Florida is putting teachers to the test when it comes to their paychecks, as this year's FCAT scores will now help determine their bonuses.
A new state law grades teachers at least fifty percent on principal observation, and the remainder on student performance on exams like the Florida Comprehensive Assessment Test.
It's a good thing, says Miami-Dade School District's Race to the Top Director, Thomas Fisher.
"You can understand where your strengths are, where weaknesses are, and improve the connection to student learning," said Fisher.
He notes it will show teachers what they're doing well, and what needs improving.
"You set your goals, you know where you want to be based on the actions you take," said Fisher.
But Hialeah High School teacher Kathy Pham warns the grading method is actually harmful to her students and said she's concerned about what she calls an "over emphasis on test scores."
"The emphasis on teacher quality and teacher effectiveness loses sight of what's actually best for students," said Pham, a writing teacher who has spent 29 years teaching in Miami-Dade. "That's a problem."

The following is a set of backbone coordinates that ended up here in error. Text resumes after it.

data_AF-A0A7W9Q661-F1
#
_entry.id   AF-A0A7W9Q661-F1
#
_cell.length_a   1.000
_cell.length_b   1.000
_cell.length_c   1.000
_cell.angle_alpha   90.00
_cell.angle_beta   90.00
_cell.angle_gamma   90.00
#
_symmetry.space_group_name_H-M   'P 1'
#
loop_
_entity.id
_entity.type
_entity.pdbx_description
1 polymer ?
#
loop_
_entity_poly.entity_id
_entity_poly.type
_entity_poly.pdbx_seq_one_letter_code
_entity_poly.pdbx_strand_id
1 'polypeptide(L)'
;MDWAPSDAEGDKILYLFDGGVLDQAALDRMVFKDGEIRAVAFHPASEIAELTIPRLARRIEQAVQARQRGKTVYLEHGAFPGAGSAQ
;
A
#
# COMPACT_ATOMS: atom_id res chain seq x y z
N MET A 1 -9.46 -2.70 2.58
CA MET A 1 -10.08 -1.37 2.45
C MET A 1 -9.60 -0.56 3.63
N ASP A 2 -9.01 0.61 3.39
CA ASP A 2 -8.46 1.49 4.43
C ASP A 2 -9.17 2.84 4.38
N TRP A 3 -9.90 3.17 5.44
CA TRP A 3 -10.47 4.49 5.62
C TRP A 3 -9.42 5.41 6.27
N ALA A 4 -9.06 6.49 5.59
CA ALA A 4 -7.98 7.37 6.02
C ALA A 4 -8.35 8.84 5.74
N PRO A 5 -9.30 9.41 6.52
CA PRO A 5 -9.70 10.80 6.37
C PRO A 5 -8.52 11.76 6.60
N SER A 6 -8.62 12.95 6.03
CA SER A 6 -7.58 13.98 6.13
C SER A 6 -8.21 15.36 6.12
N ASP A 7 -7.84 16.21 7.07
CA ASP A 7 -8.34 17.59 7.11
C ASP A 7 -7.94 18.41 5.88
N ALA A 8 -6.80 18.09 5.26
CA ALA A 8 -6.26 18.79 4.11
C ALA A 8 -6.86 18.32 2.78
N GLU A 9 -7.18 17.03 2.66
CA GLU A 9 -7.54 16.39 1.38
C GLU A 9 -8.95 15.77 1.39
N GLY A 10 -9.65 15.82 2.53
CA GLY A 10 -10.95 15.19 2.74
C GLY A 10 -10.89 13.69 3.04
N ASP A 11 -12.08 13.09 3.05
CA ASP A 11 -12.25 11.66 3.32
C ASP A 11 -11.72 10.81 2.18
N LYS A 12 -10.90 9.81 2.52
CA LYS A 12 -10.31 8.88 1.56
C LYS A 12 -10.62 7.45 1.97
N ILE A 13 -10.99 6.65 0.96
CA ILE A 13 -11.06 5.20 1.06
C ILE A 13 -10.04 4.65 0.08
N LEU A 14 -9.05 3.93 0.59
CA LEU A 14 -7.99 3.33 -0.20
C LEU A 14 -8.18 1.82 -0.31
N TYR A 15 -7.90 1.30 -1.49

United Teachers of Dade President Karen Aronowitz further criticized the system.
"It's a waste of time," she said, pointing out teachers must already meet demands like any other job. She cautions a principal's role in evaluations renders the grading too subjective.
Plus, part of a teacher's evaluation will be based on her student's performance in a subject she doesn't teach. Aronowitz notes a writing teacher like Pham, for example, could be penalized for her student's poor math score.
"If there is a feeling that this is based on money, you start to not be concerned about all students, but which students are gonna help with the pay," Aronowitz said. "We never want to look at our students that way."
Her teachers' union joined other groups around the state in filing a lawsuit against the new legislation. A resolution could take months.
Fisher counters that the new system will actually reward good teachers.
"They want to be better," said Fisher. "They want to help their students, so it's a measure that they can take for themselves."
Pham says the evaluations need more balance, fewer testing components.
"Good instruction is good instruction," said Pham. "That is ultimately going to lead to good test scores."
Pham expects to find out her grade sometime next year.